Sunday, September 16, 2018

Sunday's New York Times crossword puzzle solved: September 16, 2018

My time: 23:38, kinda slow but not too shabby either.


Joel Fagliano says "Uh, What?" in this puzzle by adding an extra schwa sound to several themed answers, and cluing them as written.

"One who's just moved to Portland?" is OREGON TRANSPLANT (from organ transplant --- the "uh" is added to the first word).  "LeBron basketball sneaker, e.g.?" is KING JAMES BUYABLE (from Bible).

Now we get political: "intense blowback against a signature Trump proposal?" is RIOTING ON THE WALL (from writing).  I also love SENATOR OF GRAVITY.

I didn't solve easily, and dislike, "bad person to get paired with for a class assignment?" and PROJECT RUNAWAY.  It doesn't parse well.  No one would say someone is a runaway for taking on all the work.  Boo, bad clue.

Anyway, as with all Sundays, there were a few things aside from the theme that I needed help with.

It's only a footnote in history that surveyors who followed Charles Mason and Jeremiah Dixon used the OHIO River to extend the original Mason-Dixon line.

Andrew AGASSI apparently wrote a tell-all book called Open in 2009.  Never heard of it.

"One of the Leewards" left me baffled.  I didn't know if that was a family name or what.  Finally I remembered that it's a designation for some eastern Caribbean islands.  ST. MARTIN is one of them.   This tiny island is cut in half, French to the north and Dutch to the south.

I also didn't know "flower said to cover the plains of Hades."  It's ASPHODEL, a hardy plant with spiky flowers.  The ASPHODEL Meadows are described in The Odyssey: in the translation by W. H. D. Rouse,"the ghost of clean-heeled Achilles marched away with long steps over the meadow of Asphodel," and the souls of the dead "came to the Meadow of Asphodel where abide the souls and phantoms of those whose work is done."  However, the idea of the flowered plains may predate Homer.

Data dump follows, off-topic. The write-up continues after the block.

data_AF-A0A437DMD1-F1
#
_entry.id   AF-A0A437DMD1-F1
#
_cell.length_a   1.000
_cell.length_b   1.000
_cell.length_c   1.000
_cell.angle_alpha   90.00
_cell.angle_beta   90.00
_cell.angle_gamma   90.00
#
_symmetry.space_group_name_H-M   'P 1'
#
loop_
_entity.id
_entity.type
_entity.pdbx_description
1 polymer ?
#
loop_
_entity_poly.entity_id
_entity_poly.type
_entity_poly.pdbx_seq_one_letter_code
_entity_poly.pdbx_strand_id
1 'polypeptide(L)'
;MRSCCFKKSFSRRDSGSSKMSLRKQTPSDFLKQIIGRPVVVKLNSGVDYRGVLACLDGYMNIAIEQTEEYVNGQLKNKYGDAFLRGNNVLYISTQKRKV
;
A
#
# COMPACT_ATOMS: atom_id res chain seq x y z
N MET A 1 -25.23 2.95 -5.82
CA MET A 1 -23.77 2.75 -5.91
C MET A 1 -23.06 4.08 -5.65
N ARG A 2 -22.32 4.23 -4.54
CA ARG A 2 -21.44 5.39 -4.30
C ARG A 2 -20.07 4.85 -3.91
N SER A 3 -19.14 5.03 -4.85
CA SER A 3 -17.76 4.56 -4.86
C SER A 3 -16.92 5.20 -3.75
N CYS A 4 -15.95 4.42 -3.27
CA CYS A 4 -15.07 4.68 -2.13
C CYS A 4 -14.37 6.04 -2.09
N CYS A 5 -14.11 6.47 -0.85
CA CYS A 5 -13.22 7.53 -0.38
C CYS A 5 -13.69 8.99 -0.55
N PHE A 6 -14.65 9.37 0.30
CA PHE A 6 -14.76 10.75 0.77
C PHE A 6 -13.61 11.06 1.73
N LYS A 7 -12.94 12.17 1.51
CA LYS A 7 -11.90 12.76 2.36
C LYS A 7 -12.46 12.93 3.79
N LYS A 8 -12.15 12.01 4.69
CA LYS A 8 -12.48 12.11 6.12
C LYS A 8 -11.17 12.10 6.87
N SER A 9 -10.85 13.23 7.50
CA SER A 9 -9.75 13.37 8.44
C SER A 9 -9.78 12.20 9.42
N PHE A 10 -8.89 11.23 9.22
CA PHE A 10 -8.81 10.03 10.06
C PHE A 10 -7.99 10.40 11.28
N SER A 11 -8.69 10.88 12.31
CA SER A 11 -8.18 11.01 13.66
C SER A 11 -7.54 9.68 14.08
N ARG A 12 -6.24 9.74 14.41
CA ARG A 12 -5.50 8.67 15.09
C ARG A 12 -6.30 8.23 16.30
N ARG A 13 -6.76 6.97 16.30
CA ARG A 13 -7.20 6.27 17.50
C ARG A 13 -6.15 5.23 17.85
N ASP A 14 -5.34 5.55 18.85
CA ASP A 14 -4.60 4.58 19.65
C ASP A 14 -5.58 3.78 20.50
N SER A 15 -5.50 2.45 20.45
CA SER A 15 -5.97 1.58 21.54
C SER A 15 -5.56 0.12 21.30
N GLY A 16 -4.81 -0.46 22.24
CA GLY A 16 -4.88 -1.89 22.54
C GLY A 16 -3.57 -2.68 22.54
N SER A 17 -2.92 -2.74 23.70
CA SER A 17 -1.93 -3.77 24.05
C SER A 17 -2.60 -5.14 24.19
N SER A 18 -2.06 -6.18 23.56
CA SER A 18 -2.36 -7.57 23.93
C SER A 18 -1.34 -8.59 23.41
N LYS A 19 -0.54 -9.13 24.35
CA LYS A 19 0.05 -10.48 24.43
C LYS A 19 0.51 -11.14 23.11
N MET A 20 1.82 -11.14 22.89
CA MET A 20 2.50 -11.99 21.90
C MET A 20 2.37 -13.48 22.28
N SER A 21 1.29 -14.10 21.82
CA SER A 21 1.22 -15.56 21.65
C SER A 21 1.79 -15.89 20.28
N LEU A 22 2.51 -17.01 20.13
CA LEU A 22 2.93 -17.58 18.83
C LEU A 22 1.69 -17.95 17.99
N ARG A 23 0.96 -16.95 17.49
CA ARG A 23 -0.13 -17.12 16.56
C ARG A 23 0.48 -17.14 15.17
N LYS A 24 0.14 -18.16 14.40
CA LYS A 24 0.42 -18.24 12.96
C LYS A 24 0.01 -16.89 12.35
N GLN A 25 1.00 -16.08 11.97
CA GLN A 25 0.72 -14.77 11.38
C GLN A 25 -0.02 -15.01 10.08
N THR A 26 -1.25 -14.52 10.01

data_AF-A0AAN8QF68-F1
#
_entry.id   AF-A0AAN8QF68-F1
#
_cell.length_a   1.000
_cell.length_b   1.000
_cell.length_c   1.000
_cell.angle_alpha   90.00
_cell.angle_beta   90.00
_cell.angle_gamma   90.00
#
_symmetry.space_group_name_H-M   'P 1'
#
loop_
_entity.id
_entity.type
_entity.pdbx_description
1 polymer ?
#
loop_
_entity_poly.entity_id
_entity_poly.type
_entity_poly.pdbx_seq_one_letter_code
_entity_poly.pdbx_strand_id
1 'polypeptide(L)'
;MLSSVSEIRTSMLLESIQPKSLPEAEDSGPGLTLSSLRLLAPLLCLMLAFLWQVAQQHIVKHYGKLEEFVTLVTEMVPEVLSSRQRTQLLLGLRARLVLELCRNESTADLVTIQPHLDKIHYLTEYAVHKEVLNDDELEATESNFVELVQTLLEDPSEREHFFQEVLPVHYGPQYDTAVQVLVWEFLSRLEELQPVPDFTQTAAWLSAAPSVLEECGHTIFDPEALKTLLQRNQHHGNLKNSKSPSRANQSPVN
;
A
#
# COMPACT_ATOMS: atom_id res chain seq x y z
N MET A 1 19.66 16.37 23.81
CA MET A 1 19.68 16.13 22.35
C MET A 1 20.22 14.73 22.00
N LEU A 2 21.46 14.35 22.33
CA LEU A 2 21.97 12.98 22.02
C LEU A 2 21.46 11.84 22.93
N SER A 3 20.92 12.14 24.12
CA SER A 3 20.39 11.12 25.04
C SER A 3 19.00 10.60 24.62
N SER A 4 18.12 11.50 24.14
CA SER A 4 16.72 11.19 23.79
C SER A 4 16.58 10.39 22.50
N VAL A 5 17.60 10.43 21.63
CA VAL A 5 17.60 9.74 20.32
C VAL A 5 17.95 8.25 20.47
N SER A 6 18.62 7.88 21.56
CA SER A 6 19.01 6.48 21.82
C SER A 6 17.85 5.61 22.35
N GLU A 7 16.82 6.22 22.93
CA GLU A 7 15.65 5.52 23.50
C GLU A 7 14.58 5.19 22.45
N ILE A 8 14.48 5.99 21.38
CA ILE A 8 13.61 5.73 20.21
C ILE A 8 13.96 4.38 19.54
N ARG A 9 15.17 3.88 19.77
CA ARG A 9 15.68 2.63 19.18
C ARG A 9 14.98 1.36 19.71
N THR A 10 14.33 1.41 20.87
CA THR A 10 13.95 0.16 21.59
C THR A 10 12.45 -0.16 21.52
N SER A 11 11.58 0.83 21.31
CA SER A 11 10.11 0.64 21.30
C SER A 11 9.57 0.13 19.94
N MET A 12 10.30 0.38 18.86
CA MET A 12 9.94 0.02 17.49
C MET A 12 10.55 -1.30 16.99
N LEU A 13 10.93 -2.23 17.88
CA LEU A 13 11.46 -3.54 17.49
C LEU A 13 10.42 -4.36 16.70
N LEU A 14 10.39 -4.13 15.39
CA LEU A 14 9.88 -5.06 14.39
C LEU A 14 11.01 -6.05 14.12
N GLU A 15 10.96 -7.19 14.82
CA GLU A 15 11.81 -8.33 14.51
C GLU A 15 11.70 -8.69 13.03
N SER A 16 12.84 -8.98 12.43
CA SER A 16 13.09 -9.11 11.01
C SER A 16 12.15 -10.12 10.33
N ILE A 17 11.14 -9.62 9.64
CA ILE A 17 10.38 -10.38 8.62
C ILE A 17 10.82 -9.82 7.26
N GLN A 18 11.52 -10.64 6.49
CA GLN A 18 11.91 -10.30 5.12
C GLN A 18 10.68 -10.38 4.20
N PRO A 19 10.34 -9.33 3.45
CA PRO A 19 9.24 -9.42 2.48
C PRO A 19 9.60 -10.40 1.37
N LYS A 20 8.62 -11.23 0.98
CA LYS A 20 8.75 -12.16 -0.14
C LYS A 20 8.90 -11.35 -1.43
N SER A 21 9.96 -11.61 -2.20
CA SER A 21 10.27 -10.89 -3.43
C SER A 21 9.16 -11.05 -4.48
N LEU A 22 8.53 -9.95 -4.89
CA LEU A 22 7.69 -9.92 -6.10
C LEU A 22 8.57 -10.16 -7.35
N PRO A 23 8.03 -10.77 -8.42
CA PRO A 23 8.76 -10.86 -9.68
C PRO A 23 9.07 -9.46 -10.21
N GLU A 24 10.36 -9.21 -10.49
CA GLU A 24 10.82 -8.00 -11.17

The New York Times crossword puzzle loves a portmanteau.  After all, MURSE appears in this very puzzle.  But PHABLETS?  "Large mobile devices," phone + tablets?  Come on.

In older word news, a SNOOD isn't Dr. Seuss character but a traditional hair net.

TSARS were the rulers during the Time of Troubles, a name which in my mind mostly evokes bloody Irish history.  However, this is a period of Russian history, specifically an interregnum in the 17th century.  After the death of Feodor Ivanovich, the last tsar of the Rurik Dynasty, in 1598, Russia suffered a famine that killed one-third of the population, about two million. Then, during the Polish–Russian War (1605–18), Russia was occupied by the Polish–Lithuanian Commonwealth, and suffered from many civil uprisings, usurpers and impostors.   The period ended with the establishment of the Romanov Dynasty in 1613.

I do not usually see Jewish mystic practice CABALA spelled with a C like that.  It's usually Kaballah, no?

"Ontario city across the river from Buffalo" is FT. ERIE, an Ontario town on the Niagara River.  It is named after the old fort, the last fort to be built due to the Seven Years War.

For "follower of 'ah-ah-ah'" I was thinking of it like a warning and put *NO NO but it's CHOO.

The ABA is a defunct sports organization, the American Basketball Association (there is a current organization of the same name that is unrelated to the old organization), and one of its teams was the Kentucky Colonels.  I thought this might be a team sponsored by fried chicken, but no; the commission of Kentucky Colonel is the highest title of honor bestowed by the Governor of Kentucky. It is recognition of an individual’s noteworthy accomplishments and outstanding service to our community, state and nation.

I really enjoyed the clue "what '...' may represent" for TYPING.  I was delighted when the penny finally dropped on that one.  It's so prevalent nowadays, yet I don't associate those dots with texting nearly as much I do with the printed word.

Also, # means MATE in chess notation.  But ++ is also used.

"Popular Belgian brews" are STELLAS, as in Stella Artois, which I did not know was Belgian.  I'm a Lambic man, myself, back when I was a drinkin' feller.  Stella Artois is now owned by Anheuser-Busch, which is headquartered in Leuven, Belgium,

The colored layer of the eye, the UVEA, came up on March 12.

Clever clues: "Tube tops" is CAPS, like those on toothpaste tubes.  "Case load?" is BEER.  "Harmonized" is used here as an adjective, not a verb --- IN UNISON.  "What's better when it's fine?" is ART.   "Workers who are always retiring?" is PIT CREW.  "Root word?" is RAH.  "Provider of green juice?" is SOLAR PANEL.  "Blue man group?" is SMURFS.  "Something made to be destroyed" is PINATA.

I have COME TO realize that these Sunday puzzles are hard.  They really TAX my brain.  See you Monday!  I BET that goes faster.

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Sunday's New York Times crossword puzzle solved: August 9, 2020

                              My time: 19:28 , not too shabby for a Sunday! Theme: SHIPSHAPE, as shown when you connect the "dots"...